This recovery model has continued to evolve and Pathways has been able to extend its range from the Waikato Region (based on the City of Hamilton, 2 hours south of Auckland) to the rest of the Country. The model itself relies on introducing clients to good independent housing, instilling a shared belief in recovery, and community-based recovery rather than the incarceration or ghetto-style isolation that characterised the former system of mental health care. One of the challenges was to ensure that client support services moved beyond 24 hour supported accommodation alone to a wider and more diverse range of services, while it was imperative to prove to the client and to the wider community that people do recover from mental illness in order to reduce the stereotypes surrounding this form of illness. Services rapidly became focussed on supporting clients to live well in their own homes; a by product is of course that fewer and fewer support staff are needed for other forms of accommodation, so Pathway’s resources can be devoted to other services as outlined below.

As a result Pathways services have an explicit outcomes orientation, assisting clients to live for themselves, and with their families. When this is combined with increasing use of internet and other ICT-based tools, a true independence for the client may be reached. In this, Pathways’ origins as a group made up of community-based organisations and individuals concerned about homelessness and lack of support for clients of the mental health system following the closure of Tokonui Hospital in the Waikato has played a big role. The intention of the government at the time to provide little continuing support to take the hospital’s place meant that its clients were essentially to be dumped into the wider society without support, or families where they existed were to take over the support role without assistance. No safe houses were to be provided, simply a half-way house solution – the Henry Burnett Centre in Hamilton – where medication could be introduced, patients stabilised, and then released into society. While this service could in fact take up to one year, it was not the continuing support that the client and the community needed.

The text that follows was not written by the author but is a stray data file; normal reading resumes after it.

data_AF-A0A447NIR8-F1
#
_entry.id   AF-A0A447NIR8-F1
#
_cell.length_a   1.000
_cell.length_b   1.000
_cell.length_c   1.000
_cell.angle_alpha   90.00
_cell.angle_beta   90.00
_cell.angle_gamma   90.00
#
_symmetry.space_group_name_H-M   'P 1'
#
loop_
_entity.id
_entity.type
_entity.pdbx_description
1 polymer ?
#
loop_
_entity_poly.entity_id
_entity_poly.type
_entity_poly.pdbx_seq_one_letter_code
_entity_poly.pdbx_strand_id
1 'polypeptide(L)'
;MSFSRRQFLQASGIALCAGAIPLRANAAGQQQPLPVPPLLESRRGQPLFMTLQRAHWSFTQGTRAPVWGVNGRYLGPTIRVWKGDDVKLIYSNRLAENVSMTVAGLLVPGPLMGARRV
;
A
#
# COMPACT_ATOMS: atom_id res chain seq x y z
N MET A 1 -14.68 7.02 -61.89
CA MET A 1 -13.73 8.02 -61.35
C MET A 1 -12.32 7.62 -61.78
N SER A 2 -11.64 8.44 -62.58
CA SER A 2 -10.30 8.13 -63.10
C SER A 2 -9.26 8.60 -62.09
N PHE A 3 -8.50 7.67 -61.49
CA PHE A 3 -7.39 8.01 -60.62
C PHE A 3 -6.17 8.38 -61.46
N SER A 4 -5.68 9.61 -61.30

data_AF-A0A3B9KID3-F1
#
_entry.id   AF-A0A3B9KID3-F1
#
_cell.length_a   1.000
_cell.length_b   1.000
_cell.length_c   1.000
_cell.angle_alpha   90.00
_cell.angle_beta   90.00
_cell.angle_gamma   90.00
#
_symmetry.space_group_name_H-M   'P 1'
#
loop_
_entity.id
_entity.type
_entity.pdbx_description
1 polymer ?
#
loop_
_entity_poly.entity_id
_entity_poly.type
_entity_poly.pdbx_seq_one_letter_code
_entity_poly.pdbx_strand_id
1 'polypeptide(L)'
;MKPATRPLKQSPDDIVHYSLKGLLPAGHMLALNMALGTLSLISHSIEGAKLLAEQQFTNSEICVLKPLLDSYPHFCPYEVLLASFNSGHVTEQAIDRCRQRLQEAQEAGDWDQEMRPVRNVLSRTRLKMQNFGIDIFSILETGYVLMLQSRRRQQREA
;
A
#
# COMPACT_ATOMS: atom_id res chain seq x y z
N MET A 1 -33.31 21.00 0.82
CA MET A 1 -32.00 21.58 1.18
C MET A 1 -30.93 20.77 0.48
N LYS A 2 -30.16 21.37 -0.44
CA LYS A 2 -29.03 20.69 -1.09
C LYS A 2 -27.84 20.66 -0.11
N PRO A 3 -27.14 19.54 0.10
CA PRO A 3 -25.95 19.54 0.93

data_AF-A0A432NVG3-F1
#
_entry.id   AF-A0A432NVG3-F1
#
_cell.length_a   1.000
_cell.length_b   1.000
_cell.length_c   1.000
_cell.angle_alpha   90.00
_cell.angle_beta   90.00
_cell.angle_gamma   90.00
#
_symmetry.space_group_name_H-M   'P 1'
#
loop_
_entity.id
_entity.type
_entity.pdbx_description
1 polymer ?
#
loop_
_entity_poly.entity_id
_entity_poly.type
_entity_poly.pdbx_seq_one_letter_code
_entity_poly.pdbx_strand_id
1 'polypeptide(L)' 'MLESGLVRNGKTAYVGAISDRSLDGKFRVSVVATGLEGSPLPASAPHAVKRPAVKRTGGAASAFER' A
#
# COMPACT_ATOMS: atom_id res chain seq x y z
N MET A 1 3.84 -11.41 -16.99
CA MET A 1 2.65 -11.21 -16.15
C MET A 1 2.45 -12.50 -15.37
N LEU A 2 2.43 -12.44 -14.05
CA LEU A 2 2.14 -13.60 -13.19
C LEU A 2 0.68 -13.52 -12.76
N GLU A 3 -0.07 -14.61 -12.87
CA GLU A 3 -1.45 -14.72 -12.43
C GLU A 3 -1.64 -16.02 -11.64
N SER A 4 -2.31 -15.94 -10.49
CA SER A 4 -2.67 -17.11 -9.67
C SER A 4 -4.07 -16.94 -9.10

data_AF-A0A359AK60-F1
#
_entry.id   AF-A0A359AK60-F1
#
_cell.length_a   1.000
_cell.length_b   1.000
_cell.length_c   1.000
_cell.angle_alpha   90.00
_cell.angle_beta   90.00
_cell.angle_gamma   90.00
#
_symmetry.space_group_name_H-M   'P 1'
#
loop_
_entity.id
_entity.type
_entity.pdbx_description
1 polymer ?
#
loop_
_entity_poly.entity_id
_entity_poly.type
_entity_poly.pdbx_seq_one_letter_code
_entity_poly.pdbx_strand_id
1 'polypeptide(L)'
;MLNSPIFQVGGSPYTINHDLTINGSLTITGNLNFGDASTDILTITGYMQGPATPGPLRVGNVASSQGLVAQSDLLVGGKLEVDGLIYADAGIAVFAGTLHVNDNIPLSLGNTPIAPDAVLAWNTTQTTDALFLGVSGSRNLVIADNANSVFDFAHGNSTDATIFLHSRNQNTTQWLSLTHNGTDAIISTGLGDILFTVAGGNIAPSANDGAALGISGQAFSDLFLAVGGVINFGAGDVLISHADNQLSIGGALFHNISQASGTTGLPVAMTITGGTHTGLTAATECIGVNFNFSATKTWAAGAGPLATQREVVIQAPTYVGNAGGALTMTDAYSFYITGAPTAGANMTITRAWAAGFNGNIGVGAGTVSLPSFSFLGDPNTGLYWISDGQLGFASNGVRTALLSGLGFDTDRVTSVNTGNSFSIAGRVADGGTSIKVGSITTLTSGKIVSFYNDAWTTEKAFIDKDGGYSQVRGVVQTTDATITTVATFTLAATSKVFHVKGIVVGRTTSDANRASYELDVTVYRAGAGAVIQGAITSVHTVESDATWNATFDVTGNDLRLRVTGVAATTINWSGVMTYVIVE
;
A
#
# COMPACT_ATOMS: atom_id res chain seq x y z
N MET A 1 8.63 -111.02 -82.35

The advent of Pathways brought long-term services, valued partnerships with client’s families (a very important focus in the rehabilitation of clients), and new innovations in treatment and support as its hallmark from the beginning, but the flexibility derived from being a loose organisation of like-minded people and groups has been the major impetus to success in a community-based framework of support for people with mental health problems. Best practice services mean coping with rapid change and not having a ‘one size fits all’ approach to the services offered, flexibility is thus the key to survival and growth of the organisation as well as to improving the welfare of the client. Pathways is in effect a client of the Henry Burnett Centre, in that patients are released to its care and support instead of directly to families or to their own devices. As a provider of long-term residential and other lifestyle choice services, Pathways was thus a key ingredient in the new-style mental health care system introduced after 1999.